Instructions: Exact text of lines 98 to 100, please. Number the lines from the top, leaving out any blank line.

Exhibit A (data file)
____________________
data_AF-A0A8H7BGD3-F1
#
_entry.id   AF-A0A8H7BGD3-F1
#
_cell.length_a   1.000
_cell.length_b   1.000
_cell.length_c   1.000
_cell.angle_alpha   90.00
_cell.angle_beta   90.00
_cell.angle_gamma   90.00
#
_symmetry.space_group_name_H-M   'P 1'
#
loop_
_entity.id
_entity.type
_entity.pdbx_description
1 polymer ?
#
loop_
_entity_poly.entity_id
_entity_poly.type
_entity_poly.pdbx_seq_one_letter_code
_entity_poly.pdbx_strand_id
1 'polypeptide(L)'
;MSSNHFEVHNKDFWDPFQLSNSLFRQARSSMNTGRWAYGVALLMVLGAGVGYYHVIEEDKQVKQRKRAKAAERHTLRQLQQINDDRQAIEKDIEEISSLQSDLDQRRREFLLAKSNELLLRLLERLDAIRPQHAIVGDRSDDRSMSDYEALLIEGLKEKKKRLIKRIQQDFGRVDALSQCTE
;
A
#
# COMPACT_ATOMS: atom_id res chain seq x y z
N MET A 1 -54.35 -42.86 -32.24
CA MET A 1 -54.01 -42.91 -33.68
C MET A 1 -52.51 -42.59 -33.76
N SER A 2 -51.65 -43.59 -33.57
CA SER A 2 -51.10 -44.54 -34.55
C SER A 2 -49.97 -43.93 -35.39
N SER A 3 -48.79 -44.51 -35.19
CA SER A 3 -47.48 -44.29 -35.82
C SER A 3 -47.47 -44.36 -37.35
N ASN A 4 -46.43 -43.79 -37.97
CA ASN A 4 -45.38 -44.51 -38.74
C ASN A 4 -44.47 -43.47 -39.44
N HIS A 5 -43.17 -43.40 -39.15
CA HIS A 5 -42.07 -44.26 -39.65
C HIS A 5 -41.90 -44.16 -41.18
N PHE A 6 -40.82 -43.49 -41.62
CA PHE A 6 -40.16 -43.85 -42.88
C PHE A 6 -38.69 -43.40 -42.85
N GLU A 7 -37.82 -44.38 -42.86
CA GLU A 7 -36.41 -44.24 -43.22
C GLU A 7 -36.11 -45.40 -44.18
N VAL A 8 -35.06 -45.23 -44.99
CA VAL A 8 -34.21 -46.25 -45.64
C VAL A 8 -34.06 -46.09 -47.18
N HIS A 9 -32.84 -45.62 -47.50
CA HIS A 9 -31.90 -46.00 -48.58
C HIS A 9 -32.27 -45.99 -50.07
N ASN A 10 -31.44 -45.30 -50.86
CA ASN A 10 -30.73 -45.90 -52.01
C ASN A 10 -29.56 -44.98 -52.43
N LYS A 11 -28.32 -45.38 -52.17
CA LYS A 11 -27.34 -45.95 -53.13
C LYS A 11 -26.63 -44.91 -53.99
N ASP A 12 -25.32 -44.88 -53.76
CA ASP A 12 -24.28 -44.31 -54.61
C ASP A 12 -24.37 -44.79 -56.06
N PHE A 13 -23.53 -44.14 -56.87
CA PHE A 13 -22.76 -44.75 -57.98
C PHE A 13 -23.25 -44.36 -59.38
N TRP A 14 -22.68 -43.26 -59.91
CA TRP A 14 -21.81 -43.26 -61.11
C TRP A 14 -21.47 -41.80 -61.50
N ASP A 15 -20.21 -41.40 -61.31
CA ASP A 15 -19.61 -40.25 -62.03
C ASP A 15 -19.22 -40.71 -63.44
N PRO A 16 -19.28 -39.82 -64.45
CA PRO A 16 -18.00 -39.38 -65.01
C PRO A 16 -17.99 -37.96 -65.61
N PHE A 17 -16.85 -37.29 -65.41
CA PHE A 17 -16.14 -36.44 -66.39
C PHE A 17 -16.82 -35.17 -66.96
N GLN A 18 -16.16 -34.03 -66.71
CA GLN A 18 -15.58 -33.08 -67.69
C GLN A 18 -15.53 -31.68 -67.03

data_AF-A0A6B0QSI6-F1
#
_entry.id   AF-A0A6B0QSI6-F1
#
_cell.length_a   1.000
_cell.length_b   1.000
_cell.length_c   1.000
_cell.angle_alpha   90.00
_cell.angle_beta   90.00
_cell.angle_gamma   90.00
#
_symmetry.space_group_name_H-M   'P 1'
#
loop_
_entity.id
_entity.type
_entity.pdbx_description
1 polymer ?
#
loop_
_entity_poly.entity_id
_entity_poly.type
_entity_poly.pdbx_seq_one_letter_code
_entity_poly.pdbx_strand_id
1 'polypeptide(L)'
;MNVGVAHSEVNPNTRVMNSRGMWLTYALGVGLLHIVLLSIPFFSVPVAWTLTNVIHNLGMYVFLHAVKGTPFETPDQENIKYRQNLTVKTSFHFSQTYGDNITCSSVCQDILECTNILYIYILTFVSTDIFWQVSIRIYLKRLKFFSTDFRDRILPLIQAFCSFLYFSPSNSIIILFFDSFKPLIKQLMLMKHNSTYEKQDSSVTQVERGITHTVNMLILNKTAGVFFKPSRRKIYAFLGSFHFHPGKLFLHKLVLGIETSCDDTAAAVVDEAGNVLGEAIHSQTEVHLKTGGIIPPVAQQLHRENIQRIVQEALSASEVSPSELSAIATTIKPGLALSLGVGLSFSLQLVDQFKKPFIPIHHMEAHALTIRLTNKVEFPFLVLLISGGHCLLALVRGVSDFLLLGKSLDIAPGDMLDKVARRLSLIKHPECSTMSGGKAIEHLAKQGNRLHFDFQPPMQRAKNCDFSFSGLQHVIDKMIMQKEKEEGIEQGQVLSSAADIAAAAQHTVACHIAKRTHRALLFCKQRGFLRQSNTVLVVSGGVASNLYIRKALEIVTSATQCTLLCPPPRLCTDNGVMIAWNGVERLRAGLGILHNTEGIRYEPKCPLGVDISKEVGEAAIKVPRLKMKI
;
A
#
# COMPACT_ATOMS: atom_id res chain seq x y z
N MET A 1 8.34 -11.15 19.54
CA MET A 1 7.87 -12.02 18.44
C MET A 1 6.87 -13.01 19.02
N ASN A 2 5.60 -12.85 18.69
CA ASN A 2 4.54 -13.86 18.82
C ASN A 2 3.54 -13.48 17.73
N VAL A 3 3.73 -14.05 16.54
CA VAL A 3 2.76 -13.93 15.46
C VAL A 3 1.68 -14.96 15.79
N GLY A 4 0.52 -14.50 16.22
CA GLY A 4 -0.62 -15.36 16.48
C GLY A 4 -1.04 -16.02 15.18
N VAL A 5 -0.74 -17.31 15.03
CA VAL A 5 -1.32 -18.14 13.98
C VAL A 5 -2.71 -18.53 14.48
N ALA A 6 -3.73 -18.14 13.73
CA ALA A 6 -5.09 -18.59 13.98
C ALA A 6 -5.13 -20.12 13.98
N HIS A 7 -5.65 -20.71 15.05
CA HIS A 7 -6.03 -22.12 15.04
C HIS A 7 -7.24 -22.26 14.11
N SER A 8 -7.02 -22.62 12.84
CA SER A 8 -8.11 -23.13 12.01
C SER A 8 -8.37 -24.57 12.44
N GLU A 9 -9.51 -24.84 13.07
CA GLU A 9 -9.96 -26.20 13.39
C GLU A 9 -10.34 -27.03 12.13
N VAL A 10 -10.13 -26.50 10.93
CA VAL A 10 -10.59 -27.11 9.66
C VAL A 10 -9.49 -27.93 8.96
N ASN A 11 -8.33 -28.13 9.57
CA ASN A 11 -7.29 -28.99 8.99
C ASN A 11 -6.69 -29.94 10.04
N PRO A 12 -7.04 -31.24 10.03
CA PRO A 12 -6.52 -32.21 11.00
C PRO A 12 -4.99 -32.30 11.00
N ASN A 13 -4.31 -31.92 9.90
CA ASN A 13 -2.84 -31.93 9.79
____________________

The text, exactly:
loop_
_entity.id
_entity.type